From: Jim Armstrong (email@example.com)
Date: Thu May 29 2003 - 00:45:16 EDT
I have a question for those knowledgeable in this domain. Is there any
reason to think that at least some of these pseudogenes are not simply
artifacts of the evolutionary structure-creation "effort" that went
nowhere, or of structures which may have at one time done something
(whether beneficial in some way or not, we cannot tell) but which
subsequently "broke" and have degenerated into non-functional residues?
It seems like much of this discussion assumes that every feature is
there for a specific and realized purpose. That would seem to be
unlikely in an evolved structure with the complexity of DNA.
>>[...] I wrote in my original statement, that of course for the
>>adamant evolutionist, this data is just as expected as if we find
>>that there is no function for a pseudogene, thus the plasticity
>>and adaptability or evolvability of evolutionary theory. [...]
>Mountain out of a non-existent molehill...
>Data is data. If one finds a function for a pseudogene, one finds a
>function for a pseudogene. Whether any particular pseudogene has a
>function or not has little impact on evolutionary theory (unless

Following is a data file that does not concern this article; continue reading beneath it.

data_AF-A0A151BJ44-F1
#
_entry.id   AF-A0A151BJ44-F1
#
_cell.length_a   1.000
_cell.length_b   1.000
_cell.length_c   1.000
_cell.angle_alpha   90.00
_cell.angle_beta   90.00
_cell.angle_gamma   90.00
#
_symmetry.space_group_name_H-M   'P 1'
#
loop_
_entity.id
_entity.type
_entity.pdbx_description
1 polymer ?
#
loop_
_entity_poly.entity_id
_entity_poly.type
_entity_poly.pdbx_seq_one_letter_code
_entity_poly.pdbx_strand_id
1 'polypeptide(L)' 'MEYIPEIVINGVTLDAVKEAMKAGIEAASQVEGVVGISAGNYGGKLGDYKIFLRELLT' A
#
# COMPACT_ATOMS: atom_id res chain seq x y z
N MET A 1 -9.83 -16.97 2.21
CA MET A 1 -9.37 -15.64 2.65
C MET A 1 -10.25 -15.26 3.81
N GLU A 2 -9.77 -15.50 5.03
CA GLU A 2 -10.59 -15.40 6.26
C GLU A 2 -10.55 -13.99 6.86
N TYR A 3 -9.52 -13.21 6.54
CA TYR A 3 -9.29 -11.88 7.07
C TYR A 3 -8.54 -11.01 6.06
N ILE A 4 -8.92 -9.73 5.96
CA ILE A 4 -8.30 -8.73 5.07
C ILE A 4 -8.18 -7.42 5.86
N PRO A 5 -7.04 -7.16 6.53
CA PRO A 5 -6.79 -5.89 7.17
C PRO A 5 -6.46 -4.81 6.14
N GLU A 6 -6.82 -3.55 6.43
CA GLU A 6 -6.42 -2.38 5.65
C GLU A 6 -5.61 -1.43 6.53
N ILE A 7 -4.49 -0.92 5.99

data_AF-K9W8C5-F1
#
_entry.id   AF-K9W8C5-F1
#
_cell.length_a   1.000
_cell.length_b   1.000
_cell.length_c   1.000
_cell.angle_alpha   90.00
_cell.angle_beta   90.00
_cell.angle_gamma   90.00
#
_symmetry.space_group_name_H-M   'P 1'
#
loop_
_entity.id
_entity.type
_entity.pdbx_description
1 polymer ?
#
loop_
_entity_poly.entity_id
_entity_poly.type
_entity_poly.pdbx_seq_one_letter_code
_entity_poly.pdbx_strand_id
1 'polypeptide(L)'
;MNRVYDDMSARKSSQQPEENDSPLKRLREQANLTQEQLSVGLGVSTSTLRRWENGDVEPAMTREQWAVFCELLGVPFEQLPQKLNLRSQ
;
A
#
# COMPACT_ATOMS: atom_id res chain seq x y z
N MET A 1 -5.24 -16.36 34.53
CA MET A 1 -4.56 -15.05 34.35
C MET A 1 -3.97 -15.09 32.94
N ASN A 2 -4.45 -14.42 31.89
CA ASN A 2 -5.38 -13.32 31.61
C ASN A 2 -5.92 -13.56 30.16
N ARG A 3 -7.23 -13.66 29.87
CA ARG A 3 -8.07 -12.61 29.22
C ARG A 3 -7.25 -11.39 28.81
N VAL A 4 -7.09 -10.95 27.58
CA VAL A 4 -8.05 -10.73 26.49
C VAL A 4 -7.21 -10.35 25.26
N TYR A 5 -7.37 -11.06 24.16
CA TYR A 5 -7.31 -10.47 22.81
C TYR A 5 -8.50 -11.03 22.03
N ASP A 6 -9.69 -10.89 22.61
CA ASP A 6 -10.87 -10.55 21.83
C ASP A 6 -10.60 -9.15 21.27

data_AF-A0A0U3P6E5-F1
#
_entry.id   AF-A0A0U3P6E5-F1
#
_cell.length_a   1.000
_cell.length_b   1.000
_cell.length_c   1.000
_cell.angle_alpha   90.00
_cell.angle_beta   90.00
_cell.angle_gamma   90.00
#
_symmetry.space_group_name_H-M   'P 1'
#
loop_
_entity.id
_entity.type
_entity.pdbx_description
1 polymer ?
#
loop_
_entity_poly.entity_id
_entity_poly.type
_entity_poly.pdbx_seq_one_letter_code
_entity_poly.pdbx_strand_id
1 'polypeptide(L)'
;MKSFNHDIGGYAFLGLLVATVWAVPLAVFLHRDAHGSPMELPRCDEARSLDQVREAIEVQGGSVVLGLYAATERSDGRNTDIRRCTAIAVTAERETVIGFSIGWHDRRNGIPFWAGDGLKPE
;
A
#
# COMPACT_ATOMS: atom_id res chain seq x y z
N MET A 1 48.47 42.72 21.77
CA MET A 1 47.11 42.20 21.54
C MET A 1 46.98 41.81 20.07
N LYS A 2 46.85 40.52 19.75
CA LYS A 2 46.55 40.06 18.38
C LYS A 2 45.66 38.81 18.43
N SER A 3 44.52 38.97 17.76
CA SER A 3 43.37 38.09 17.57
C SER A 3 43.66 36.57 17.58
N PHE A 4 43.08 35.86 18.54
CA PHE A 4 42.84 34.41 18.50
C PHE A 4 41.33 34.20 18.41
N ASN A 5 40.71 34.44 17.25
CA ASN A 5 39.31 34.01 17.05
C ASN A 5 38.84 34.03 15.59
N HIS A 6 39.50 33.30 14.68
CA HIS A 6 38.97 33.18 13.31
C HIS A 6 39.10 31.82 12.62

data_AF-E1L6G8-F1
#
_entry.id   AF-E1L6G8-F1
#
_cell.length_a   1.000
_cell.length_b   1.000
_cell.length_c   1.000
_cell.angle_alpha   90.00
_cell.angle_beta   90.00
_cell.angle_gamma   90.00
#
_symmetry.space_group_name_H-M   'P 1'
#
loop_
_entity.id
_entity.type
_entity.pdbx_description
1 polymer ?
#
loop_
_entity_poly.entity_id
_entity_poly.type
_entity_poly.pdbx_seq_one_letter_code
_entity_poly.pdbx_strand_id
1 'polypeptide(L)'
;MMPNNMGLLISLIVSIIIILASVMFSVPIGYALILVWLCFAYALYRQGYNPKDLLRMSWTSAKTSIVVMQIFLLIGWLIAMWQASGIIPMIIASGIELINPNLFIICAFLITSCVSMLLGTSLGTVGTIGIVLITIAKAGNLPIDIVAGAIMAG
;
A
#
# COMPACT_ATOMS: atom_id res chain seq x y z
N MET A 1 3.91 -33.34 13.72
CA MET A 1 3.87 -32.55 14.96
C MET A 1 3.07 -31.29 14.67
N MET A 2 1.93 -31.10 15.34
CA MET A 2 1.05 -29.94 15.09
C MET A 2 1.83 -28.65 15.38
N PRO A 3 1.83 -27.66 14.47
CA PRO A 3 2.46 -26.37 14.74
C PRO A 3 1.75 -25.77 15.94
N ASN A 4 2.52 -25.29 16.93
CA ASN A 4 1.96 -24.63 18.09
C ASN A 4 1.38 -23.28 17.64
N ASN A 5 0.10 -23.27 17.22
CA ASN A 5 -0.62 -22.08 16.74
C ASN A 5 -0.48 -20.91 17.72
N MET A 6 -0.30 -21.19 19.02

>one is trying to unravel the particular history of a particular
>The reason why most pseudogenes are thought to be without much
>immediate function is because of empirical evidence. They don't
>produce active proteins. Many aren't even transcribed. Different
>lineages can have deletions of pseudogenes with no apparent effect.
>It wasn't "evolutionists" per se that discovered pseudogenes or
>determined that many were highly mutable and dispensable. It wasn't
>"evolutionary" dogma that lead to the demonstration of mechanisms by
>which pseudogenes (such as the processed ones) arise. And it wasn't
>"evolutionist" per se but classic geneticists that created
>pseudogenes (knockout mutants) in the lab as part of their research.
>As for the "adamant evolutionist" who finds the data just as
>expected if no pseudogenes have a function: What a load of bunk! If
>no pseudogene had any function in some cell somewhere, I'd be
>extremely surprised. Now why is that?
>Pseudogenes are one of the genomic components from which functional
>genes are thought to arise. It's known that many are actually
>transcribed into mRNA. Some sequences retain binding sites for
>transcriptional modulators. So why shouldn't a pseudogene have
>acquired some function or retained some of the regulatory interactions
>it once had as a full-length gene? Few regulatory functions require
>an intact or full-length sequence. Since the time they were discovered
>and their large numbers first described, researchers have wondered what
>role pseudogenes might have in the cell and in evolution.
>Heck, we've even created artificial pseudogenes with functionality
>and employ them as handy (and not so handy) tools in research today
>-- i.e. in siRNA gene silencing.
>firstname.lastname@example.org (to despam remove second hormel)
This archive was generated by hypermail 2.1.4 : Thu May 29 2003 - 00:45:29 EDT